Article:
Like voting matters, if it did we wouldn't have electoral college.
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#26 Posted by Abbeten (3140 posts) -
Not to mention that people will often poll for a third party candidate but vote for one of the two main candidates. Because voters like their votes to 'matter' more. And why in the hell do you think that debate participation would boost third-party support to the tune of 40% or so?
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#27 Posted by KC_Hokie (16099 posts) -

[QUOTE="KC_Hokie"][QUOTE="chessmaster1989"]

Now now, he probably has something like a .0000000000000000000001% chance of winning :P

chessmaster1989

The third parties combined will likely get around 8-10% of the vote. And that's before being allowed to debate. If they were allowed to debate it would be a lot higher.

In 2008, third party candidates got 1.4% of the vote.

In 2004, third party candidates got 1% of the vote.

A bit shy of 8-10% don't you think?

IN 2000 they got around 5% and 1996 they got around 10%.

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#28 Posted by chessmaster1989 (30204 posts) -

[QUOTE="chessmaster1989"]

[QUOTE="KC_Hokie"]The third parties combined will likely get around 8-10% of the vote. And that's before being allowed to debate. If they were allowed to debate it would be a lot higher. KC_Hokie

In 2008, third party candidates got 1.4% of the vote.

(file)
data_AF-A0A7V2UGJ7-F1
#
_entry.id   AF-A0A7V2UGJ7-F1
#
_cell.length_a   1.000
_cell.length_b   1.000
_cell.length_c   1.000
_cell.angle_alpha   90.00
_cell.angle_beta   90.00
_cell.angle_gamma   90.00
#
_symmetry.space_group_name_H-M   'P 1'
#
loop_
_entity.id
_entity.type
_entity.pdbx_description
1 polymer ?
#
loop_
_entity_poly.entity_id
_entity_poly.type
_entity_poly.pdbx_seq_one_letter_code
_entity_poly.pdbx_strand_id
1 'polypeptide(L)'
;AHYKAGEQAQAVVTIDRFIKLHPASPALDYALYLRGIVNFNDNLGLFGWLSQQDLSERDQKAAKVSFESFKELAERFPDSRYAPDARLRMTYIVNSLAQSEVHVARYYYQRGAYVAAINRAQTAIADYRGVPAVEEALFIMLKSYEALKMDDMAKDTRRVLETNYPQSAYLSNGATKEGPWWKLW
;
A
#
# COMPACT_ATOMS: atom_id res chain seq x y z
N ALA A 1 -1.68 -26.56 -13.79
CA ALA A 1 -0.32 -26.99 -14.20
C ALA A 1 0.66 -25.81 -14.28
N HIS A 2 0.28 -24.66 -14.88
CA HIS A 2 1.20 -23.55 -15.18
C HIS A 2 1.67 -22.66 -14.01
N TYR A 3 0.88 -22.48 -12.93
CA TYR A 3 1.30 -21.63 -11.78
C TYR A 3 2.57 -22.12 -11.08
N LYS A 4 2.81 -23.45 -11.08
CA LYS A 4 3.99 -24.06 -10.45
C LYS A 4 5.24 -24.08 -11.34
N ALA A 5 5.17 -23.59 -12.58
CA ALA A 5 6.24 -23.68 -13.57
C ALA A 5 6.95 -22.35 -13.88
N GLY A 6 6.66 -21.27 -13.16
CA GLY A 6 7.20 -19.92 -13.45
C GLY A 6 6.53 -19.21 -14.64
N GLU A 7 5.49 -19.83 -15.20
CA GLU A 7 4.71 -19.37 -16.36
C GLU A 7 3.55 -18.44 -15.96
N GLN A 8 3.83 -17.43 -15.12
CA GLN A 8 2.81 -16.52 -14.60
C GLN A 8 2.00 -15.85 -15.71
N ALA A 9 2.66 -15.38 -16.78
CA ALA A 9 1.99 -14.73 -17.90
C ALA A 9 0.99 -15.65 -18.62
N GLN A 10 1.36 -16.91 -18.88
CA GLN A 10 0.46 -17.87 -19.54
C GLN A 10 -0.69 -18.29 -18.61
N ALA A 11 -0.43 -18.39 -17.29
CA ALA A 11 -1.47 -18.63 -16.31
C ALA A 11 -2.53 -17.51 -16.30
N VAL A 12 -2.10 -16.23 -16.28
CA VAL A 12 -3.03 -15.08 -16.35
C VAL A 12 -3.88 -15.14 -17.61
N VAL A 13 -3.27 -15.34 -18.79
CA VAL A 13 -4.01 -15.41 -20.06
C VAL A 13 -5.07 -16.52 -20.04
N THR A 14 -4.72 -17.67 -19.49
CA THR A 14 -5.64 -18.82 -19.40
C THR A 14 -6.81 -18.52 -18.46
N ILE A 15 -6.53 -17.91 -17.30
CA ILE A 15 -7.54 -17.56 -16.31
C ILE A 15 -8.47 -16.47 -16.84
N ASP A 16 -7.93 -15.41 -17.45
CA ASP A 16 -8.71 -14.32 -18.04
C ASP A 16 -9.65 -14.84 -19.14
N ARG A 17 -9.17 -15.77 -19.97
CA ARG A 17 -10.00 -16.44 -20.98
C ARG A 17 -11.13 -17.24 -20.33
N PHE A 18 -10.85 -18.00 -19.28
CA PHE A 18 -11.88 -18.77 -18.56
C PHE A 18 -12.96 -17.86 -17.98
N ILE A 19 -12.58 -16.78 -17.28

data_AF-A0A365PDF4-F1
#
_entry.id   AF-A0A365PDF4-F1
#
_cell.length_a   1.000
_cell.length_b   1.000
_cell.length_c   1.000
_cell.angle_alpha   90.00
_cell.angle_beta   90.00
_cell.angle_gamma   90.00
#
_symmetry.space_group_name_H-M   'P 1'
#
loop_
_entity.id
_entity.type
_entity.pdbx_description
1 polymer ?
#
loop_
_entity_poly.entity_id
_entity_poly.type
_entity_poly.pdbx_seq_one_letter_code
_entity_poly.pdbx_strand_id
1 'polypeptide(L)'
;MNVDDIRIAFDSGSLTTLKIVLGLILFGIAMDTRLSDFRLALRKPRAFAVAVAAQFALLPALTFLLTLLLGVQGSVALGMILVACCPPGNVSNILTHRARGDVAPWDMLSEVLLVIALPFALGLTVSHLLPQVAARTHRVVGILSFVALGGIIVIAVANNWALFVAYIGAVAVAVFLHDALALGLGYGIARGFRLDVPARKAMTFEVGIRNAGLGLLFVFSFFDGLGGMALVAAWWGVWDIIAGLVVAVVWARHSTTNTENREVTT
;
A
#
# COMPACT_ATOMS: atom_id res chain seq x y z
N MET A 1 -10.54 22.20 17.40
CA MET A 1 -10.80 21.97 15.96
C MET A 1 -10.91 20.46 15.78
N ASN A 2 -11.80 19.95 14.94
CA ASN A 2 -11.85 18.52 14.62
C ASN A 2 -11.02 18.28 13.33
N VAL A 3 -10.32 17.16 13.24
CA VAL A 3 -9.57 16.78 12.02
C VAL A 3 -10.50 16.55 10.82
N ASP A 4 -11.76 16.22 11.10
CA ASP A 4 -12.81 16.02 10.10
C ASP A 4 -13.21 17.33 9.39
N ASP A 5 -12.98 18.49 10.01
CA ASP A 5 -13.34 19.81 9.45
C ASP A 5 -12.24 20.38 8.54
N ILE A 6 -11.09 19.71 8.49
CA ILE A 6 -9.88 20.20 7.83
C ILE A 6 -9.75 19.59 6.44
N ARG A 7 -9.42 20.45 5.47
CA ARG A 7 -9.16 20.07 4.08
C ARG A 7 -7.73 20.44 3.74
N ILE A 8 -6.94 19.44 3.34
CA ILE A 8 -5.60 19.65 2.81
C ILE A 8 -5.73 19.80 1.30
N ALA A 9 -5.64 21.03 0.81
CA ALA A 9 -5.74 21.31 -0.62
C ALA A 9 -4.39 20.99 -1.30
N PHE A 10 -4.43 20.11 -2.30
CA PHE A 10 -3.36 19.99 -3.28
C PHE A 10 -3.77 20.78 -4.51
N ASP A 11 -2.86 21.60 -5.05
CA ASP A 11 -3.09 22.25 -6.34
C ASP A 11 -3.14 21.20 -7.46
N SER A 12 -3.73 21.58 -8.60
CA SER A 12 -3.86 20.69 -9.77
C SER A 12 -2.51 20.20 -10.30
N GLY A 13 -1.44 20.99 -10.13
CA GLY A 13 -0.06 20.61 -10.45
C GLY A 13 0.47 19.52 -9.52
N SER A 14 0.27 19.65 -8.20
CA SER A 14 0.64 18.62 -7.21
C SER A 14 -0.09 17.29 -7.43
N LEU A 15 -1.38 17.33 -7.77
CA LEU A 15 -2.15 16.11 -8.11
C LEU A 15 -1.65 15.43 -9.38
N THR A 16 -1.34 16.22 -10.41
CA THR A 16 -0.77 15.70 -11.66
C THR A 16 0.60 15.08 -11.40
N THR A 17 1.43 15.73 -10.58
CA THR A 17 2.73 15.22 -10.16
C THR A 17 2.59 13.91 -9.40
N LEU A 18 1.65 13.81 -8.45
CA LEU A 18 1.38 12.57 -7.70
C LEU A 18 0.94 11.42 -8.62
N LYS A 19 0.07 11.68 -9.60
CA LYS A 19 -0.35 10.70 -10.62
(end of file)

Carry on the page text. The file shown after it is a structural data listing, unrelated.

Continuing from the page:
In 2004, third party candidates got 1% of the vote.

A bit shy of 8-10% don't you think?

IN 2000 they got around 5%.

Still shy of 8-10%, and why do you expect the numbers will be closer to the 2000 numbers than to the 2004 or 2008 numbers?

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#29 Posted by Pirate700 (46465 posts) -

[QUOTE="chessmaster1989"]

[QUOTE="KC_Hokie"]The third parties combined will likely get around 8-10% of the vote. And that's before being allowed to debate. If they were allowed to debate it would be a lot higher. KC_Hokie

In 2008, third party candidates got 1.4% of the vote.

In 2004, third party candidates got 1% of the vote.

A bit shy of 8-10% don't you think?

IN 2000 they got around 5% and 1996 they got around 10%.

Have any proof of that?

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#30 Posted by KC_Hokie (16099 posts) -

[QUOTE="KC_Hokie"]

[QUOTE="chessmaster1989"]

In 2008, third party candidates got 1.4% of the vote.

In 2004, third party candidates got 1% of the vote.

A bit shy of 8-10% don't you think?

chessmaster1989

IN 2000 they got around 5%.

Still shy of 8-10%, and why do you expect the numbers will be closer to the 2000 numbers than to the 2004 or 2008 numbers?

Near 10% in 1996. In 1980, the election most like this one, 3rd parties got 8% as well.
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#31 Posted by chessmaster1989 (30204 posts) -

[QUOTE="chessmaster1989"]

[QUOTE="KC_Hokie"]IN 2000 they got around 5%.

KC_Hokie